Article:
17 07, 2023

Karen Petrou: Counter-Cyclicality is One Critical Missing Piece of Barr’s Unholistic Construct

2023-07-17T16:55:22-04:00July 17th, 2023|The Vault|

Banks and Republicans are beating up on Michael Barr for much in his new capital construct.  The furor focuses on the high cost of the new capital rules, cost glossed over in Mr. Barr’s talk via an over-arching assumption that banks can readily do without two years of post-dividend retained earnings.  Maybe they can; investors not so much.  This is a big problem, but a little-noticed one also warrants more scrutiny:  the decision to leave untouched and apparently not even considered the U.S. version of the counter-cyclical capital buffer (CCyB).  This makes the new framework still more procyclical and even less holistic.  CCyBs have worked well around the world and a well-designed one in the U.S. would obviate the need for some – not all, but some – of Mr. Barr’s most counter-productive ideas even as it makes banks more resilient, the financial system safer, and the economy less volatile.

What are CCyBs?  The basic idea is that these are capital charges triggered in good times that are released under stress, making banks and the economies they serve better able to ride out macroeconomic boom-bust cycles.  The final U.S. version of the global CCyB framework acknowledges this global standard, but it goes on to say only that the Federal Reserve will know a boom or bust when it sees it and will do something about it via some sort of CCyB should it feel inclined to do so possibly after a rulemaking process on the up- and down-sides that …

8 08, 2022

Karen Petrou: Procyclical Capital Rules and the Economy’s Discontent

2023-01-04T13:14:40-05:00August 8th, 2022|The Vault|

In our recent paper outlining the holistic-capital regime regulators should quickly deploy, we noted that current rules are often counter-productive to their avowed goal of bank solvency without peril to prosperity.  However, one acute problem in the regulatory-capital rulebook – procyclicality – does particularly problematic damage when the economy faces acute challenges – i.e., now.  None of the pending one-off capital reforms addresses procyclicality and, in fact, several might make it even worse.  This memo shows how and then what should be quickly done to reinstate the counter-cyclicality all the regulators say they seek.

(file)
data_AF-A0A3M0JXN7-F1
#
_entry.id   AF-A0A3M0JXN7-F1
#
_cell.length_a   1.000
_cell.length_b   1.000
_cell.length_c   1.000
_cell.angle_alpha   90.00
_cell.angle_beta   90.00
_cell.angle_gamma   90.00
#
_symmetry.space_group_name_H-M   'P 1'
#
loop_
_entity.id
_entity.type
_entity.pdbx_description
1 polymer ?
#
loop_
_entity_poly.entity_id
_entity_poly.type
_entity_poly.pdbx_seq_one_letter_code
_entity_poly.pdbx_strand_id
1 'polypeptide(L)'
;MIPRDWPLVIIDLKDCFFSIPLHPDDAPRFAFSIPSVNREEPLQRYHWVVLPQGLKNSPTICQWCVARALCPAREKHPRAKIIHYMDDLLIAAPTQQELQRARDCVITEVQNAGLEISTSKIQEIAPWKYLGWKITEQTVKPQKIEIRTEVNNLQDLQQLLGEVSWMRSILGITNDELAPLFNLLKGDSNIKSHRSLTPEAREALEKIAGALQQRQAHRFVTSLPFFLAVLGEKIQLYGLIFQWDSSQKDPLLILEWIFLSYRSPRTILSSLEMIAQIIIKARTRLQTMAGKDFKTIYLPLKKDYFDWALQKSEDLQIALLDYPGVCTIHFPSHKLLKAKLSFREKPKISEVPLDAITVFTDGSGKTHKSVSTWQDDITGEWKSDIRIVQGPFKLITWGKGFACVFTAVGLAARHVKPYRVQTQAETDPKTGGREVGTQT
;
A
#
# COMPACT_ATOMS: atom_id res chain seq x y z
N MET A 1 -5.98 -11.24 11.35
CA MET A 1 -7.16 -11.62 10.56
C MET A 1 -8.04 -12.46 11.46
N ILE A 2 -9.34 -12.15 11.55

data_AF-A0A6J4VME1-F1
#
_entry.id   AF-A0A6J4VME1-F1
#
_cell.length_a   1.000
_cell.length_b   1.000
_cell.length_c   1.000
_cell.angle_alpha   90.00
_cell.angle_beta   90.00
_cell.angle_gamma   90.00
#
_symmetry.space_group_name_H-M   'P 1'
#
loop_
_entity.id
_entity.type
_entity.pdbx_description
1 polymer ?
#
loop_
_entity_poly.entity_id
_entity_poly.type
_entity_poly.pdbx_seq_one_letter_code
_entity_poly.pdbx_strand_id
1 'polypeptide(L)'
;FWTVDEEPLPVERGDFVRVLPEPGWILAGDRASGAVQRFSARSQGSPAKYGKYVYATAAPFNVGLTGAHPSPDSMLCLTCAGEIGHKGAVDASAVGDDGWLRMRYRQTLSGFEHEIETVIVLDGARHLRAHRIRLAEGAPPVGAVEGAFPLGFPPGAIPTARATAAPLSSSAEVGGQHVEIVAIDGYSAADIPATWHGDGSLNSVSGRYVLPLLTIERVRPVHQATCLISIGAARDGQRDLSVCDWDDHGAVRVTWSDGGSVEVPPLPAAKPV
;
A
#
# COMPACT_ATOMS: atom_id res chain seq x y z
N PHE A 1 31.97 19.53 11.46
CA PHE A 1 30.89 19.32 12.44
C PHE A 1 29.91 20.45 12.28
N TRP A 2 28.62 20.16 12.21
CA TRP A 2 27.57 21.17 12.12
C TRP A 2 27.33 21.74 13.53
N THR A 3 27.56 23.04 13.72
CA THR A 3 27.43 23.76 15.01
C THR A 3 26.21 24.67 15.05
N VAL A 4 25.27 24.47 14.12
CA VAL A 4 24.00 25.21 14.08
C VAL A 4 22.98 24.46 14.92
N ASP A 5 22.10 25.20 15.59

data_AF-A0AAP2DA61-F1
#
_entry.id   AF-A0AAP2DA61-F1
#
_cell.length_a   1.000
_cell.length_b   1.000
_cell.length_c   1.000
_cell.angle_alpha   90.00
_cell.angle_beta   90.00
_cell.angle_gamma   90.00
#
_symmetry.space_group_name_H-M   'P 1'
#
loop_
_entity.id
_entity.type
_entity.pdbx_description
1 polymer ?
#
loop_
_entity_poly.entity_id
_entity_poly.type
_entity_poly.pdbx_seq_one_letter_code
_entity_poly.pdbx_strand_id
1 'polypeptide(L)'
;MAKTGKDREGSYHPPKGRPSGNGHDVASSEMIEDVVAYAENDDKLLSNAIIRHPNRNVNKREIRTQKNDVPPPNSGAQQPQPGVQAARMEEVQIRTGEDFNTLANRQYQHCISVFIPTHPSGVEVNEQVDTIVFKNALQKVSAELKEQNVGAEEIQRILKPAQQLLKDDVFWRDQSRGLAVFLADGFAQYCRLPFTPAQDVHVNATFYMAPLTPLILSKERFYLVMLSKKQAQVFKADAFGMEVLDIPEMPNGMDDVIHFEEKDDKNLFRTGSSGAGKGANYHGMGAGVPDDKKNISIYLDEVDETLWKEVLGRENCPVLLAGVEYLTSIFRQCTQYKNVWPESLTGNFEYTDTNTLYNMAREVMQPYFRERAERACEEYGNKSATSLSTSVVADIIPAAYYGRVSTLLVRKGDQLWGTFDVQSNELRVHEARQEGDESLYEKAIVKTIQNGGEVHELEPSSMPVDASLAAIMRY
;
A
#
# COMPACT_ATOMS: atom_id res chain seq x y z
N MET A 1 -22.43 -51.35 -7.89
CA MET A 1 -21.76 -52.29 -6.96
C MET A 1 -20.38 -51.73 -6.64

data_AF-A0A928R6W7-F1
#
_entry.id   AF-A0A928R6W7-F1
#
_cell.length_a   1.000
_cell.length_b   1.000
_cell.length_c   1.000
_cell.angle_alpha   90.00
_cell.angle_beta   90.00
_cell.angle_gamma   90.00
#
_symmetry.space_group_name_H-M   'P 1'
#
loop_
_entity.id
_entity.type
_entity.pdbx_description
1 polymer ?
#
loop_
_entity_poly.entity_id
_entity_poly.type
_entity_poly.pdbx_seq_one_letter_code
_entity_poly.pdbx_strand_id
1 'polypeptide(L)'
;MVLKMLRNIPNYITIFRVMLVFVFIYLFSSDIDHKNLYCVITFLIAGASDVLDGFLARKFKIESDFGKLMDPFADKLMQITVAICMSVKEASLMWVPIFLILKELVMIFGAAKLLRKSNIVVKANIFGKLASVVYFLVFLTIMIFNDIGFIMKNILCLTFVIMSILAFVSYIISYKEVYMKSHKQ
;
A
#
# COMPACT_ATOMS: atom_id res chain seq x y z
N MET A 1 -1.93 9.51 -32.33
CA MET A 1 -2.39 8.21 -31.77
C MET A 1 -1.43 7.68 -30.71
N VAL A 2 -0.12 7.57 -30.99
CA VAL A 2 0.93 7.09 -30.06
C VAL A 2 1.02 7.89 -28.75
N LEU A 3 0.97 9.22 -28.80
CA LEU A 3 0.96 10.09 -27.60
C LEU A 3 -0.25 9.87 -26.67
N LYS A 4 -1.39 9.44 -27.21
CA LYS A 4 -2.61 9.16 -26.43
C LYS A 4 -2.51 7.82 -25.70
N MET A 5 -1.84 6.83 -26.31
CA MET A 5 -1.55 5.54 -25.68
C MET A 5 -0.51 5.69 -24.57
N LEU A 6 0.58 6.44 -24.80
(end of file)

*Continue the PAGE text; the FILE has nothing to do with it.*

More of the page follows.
Last Thursday, the Fed set new, often-higher risk-based capital (RBC) ratios for the largest banks.  The reason for this untimely capital hike lies in the interplay between the RBC rules and the Fed’s CCAR stress test.  Packaged into the stress capital buffer (SCB), these rules determine how much RBC each large bank must hold to ensure it can stay in the agencies’ good graces and, to its thinking, better still distribute capital.

Put very simply, the more RBC, the less RWAS – i.e., the risk-weighted assets, against which capital rules are measured.  The higher the weighting, the lower a capital-strained bank’s appetite to hold it unless risk is high enough also to offset the leverage ratio’s cost – at which point the bank is taking a lot of unnecessary risk to sidestep another set of unintended contradictions in the capital construct.  As a Fed study concludes, all but the very strongest banks sit on their …